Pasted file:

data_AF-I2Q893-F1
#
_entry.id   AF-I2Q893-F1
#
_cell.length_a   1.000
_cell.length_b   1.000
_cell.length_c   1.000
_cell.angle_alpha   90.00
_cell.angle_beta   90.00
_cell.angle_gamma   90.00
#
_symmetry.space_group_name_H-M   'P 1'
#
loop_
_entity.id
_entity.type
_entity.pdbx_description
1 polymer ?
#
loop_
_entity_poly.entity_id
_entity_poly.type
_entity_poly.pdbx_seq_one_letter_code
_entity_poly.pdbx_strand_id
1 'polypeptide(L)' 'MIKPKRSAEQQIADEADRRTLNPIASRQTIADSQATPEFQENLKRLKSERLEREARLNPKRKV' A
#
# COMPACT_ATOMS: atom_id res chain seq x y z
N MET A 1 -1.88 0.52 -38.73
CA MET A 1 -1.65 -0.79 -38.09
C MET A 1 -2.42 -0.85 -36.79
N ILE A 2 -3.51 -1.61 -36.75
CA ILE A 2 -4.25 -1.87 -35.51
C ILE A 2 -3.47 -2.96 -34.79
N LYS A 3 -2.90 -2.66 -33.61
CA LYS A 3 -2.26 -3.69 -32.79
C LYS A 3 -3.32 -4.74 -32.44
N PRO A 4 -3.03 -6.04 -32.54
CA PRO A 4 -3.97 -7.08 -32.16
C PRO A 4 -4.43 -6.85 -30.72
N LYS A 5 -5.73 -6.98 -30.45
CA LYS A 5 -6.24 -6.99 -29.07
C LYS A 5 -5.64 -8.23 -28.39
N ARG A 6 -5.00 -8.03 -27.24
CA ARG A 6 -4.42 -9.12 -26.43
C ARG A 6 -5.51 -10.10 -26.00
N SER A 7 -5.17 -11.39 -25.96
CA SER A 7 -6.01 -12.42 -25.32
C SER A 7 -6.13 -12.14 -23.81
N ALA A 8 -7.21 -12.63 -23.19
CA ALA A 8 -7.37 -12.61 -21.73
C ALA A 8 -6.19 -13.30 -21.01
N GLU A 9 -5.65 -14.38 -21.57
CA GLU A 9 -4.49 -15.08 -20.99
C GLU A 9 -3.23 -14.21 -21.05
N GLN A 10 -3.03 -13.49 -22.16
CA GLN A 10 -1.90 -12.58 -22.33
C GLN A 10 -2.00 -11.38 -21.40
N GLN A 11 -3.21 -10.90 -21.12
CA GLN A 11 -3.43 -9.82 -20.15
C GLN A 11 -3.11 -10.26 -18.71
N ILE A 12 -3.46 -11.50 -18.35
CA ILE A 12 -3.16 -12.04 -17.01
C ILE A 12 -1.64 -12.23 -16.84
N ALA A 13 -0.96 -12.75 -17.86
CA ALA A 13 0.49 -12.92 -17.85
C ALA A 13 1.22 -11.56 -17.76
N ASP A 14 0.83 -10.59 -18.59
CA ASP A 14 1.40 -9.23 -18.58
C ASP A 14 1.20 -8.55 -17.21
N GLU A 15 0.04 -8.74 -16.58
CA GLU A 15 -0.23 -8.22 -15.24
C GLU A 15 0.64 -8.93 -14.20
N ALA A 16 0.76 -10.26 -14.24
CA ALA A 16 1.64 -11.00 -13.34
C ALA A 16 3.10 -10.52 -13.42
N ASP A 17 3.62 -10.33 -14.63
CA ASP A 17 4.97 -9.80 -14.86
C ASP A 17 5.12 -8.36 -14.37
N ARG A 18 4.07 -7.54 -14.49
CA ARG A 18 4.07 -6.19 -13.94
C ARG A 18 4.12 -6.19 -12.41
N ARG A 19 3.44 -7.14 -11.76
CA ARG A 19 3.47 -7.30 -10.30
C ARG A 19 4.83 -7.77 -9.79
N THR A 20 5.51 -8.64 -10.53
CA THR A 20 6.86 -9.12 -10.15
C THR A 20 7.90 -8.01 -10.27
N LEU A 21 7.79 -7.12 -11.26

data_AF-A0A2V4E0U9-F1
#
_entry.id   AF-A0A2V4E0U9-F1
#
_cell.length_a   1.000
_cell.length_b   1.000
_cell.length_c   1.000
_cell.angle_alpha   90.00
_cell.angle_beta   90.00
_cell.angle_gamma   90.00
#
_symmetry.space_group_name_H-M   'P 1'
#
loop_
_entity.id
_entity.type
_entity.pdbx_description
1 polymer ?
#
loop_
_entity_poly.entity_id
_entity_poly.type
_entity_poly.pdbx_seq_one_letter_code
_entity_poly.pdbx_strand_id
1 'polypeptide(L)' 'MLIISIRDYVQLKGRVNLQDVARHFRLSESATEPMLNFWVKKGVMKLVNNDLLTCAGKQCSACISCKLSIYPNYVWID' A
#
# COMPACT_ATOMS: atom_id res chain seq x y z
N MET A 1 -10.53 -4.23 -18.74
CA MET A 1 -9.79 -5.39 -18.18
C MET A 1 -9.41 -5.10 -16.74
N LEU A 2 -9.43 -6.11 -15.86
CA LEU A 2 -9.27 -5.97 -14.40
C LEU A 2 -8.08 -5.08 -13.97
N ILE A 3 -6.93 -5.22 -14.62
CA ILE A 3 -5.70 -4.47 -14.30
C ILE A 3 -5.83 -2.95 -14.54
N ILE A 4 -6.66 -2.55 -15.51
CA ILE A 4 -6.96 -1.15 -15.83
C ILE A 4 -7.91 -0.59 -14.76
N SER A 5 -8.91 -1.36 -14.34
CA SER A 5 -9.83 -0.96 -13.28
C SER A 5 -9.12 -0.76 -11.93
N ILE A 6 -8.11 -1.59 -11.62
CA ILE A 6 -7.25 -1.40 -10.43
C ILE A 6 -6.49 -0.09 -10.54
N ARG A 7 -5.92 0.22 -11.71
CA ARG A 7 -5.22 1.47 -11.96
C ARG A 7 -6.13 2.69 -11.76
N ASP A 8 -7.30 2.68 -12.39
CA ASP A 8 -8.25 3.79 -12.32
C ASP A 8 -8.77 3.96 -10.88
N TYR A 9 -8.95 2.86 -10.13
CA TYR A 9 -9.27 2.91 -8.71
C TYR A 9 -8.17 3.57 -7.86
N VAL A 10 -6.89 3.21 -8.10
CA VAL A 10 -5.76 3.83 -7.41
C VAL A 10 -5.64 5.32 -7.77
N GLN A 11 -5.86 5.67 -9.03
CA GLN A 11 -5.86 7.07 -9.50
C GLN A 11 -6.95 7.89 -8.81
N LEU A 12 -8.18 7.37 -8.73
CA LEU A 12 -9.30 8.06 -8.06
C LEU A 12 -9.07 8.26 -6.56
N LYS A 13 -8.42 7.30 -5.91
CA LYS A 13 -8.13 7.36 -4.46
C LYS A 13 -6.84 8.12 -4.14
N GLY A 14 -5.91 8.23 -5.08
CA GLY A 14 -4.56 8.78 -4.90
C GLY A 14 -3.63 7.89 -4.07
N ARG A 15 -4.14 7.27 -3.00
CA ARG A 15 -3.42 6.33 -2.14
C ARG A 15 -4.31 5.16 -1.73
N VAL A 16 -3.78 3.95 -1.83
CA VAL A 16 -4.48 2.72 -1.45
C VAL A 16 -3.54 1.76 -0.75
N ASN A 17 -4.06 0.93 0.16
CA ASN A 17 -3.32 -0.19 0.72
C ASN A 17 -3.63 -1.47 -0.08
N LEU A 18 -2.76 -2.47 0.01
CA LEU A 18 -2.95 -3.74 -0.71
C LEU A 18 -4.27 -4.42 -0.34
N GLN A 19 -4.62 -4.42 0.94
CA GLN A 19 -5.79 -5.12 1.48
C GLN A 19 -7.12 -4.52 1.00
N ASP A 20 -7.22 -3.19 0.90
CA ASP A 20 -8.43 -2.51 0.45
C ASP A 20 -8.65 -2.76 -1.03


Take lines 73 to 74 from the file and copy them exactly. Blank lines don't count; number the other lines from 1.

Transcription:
N ALA A 16 0.76 -10.26 -14.24
CA ALA A 16 1.64 -11.00 -13.34